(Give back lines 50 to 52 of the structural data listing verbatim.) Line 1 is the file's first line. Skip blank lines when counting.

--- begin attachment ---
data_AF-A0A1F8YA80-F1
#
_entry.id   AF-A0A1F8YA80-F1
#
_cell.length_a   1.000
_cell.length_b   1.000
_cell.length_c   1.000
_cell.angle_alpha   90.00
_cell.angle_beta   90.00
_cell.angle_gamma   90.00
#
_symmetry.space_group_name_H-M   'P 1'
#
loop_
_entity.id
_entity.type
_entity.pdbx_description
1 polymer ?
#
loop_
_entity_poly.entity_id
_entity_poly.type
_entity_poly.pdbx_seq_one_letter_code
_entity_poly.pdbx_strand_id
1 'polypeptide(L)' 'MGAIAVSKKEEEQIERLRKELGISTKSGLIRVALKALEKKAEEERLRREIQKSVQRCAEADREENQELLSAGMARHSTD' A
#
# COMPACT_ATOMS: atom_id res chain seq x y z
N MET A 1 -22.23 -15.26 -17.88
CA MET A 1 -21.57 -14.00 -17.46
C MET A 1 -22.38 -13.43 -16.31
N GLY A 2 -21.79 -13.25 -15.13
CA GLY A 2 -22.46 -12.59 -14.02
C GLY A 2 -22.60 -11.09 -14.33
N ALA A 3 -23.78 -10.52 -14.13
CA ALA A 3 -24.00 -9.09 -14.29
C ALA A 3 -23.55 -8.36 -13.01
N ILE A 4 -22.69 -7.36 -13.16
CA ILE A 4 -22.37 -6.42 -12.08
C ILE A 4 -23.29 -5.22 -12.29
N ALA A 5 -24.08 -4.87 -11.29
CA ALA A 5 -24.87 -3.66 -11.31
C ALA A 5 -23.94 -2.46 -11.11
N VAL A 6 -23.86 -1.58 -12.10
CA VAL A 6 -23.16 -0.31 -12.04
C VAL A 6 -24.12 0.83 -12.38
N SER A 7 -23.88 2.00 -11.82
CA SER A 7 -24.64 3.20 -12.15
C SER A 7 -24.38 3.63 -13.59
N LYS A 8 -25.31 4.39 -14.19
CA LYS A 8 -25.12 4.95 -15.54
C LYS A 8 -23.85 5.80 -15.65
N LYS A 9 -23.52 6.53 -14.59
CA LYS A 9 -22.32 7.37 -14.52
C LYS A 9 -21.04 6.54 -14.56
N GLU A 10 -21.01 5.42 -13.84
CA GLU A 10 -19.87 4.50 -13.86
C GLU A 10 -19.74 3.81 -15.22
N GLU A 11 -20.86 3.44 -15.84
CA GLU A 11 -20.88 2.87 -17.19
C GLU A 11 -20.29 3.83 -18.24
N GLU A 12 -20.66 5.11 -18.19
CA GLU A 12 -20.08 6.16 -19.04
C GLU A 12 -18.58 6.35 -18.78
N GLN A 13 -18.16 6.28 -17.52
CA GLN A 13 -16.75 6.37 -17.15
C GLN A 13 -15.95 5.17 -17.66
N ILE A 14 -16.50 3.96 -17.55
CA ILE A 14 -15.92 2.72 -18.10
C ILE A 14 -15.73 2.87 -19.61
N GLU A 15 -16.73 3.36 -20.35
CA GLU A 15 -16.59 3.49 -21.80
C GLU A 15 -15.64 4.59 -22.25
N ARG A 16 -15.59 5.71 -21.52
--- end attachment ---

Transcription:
CA LYS A 8 -25.12 4.95 -15.54
C LYS A 8 -23.85 5.80 -15.65
N LYS A 9 -23.52 6.53 -14.59